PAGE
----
But there are logical consequences to these statements: A) If this God is both the creator of the 'moral standard' and the Bible, he cannot contradict himself in these two 'authorial creations.How do you know that God cannot contradict Himself? You seem to be imposing a morality on God rather than getting the morality from God. That I happen to agree that God doesn’t contradict Himself is irrelevant to this point—how do YOU know that God cannot contradict Himself? You’ve not established this in your argument.
Instead, you seem to be taking the Christian conclusion as your presupposition. Which is fine insofar as that goes; but that does mean that you have to be consistent with the entirety of the Christian presupposition instead of your current “pick and choose” method, which violates this Christian presupposition (meaning that your refutations of it are external additions to it, not due to internal inconsistencies).
In short, either presuppose it correctly or demonstrate it externally without any reference to the Christian presuppositions involved.
'B) Even if we argue that the Old Testament and 'time of the Jews' was a way of preparing the world -- by growing ideas of monotheism, social justice,' personal responsibility, and a direct relationship with God -- for the message of Christ, the final message of God -- we have to assume that the Old Testament does not, in itself, contain immorality.No, we don’t have to agree with that at all, as you acknowledge in your next point. The Scriptures can contain immorality; they just cannot be immoral.
To eliminate two frequent complaints…Good thing you eliminated that which no one was going to raise. We can all rest easier at night now :-)
The two books can, obviously, contain stories OF immorality -- the story of David and Bathsheeba being an obvious example -- but they cannot, if written by the Creator of the ultimate moral standard, accept or celebrate such immorality.This is simply naïve. What is the most immoral action ever committed? The murder of Jesus Christ. Yet this was for the greatest possible good because it saved His people. The Bible can celebrate the fact that evil people did an immoral action because of what was accomplished by it: the greatest good.
What the Bible cannot do is call that which is evil good. And it doesn’t. The men who murdered Jesus are rightly condemned as evil people, even though the good that we gain through His death is celebrated Scripturally.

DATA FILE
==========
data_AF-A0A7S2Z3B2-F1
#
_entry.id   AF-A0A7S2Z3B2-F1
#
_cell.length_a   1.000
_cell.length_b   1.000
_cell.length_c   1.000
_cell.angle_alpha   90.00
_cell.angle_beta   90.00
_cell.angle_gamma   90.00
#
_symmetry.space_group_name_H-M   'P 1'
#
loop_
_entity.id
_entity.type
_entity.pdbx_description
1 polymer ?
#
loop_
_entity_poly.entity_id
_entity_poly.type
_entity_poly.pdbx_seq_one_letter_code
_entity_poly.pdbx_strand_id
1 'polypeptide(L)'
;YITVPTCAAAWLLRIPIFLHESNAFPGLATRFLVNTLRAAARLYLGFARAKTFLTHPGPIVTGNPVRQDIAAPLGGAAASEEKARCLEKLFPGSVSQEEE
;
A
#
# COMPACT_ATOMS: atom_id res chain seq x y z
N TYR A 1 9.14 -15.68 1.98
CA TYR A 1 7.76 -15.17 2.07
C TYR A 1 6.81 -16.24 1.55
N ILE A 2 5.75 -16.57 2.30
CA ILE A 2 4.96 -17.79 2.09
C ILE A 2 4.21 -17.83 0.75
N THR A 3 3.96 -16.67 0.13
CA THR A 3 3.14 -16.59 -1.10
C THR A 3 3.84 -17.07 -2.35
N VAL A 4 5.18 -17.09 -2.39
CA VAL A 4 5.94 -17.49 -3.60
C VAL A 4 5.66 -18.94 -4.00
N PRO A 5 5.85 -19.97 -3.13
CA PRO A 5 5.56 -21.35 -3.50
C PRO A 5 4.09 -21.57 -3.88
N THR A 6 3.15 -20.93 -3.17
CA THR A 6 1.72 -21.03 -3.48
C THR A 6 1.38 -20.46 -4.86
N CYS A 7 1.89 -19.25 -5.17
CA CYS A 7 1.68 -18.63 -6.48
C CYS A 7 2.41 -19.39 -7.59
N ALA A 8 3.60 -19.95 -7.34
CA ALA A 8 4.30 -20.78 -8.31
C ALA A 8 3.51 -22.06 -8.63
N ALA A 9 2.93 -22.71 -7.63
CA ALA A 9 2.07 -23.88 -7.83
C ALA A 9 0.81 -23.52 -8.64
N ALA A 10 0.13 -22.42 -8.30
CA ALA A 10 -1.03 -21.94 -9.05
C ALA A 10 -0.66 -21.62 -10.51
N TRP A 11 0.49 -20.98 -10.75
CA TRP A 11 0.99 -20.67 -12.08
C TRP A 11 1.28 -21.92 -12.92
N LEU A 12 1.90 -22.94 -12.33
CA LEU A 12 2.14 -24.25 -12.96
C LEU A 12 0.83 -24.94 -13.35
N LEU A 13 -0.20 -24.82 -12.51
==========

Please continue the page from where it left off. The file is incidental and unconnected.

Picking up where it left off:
D) The existence of the 'two Testaments' implies that humanity's moral sense might grow and deepen, but the 'ultimate standard' cannot itself change.I don’t see how that follows from the existence of the two Testaments. God’s immutability and His promises are the reasons why “the ultimate standard” won’t change.
Humanity's moral sense might grow, but it cannot grow beyond that which the Creator has created. (To make that clearer, if God has permitted something as moral, we may not claim we now 'know better' and see it as immoral -- not if the standa5rd is in fact 'absolute' or 'ultimate.’This likewise does not follow. That God permits something does not mean that what is permitted is good. Jesus Himself points out that God permitted divorce under Moses, even though He hates divorce. Due to the hardness of men’s hearts, God does not enforce the law 100%, but has mercy on whom He has mercy.
Mercy isn’t owed; therefore, it need not be given to all. If God permitted (for example) polygamy in the Old Testament, it doesn’t mean He cannot choose to no longer permit it in the New Testament.
And some [commandments], like the rules on 'mildew and infectious skin diseases' -- Leviticus 13,14 -- or the laws on planting two crops in the same field or wearing clothes of two different materials -- Leviticus 19:19 are inexplicable, at least to me -- I'd go so far as to call them simply 'weird.')Yes, and we know that Benton’s standard of “weirdness” is the objective standard that we must all accept, and that if Benton doesn’t get it then no one can get it. Argument from ignorance.
Many Christians argue that the "New Covenant" wiped out the Old, that the laws of the Old Testament were abolished by Jesus.“Christians I know believe X” fallacy. Many Christians are Biblically illiterate. That doesn’t disprove Christianity. The New Covenant didn’t “wipe out” the Old; it fulfilled it.
And then suddenly it’s over. Benton’s argument is just finished (with the promise that there will be more someday).
So I ask, since Benton is going to write more, that he establish morality under atheism. Now it should be noted that by “morality” I mean an objective, transcendent morality. That is, Benton needs to show how he can come up with moral commands that I ought to follow, without invoking a deity of any kind. If he wants to say that murder is wrong, then he needs to establish it without abandoning his atheistic principals. He needs to demonstrate, FROM ATHEISM, how murder is wrong.
If he cannot do so, then I’d say that’s a pretty airtight argument that morality presupposes some form of deity.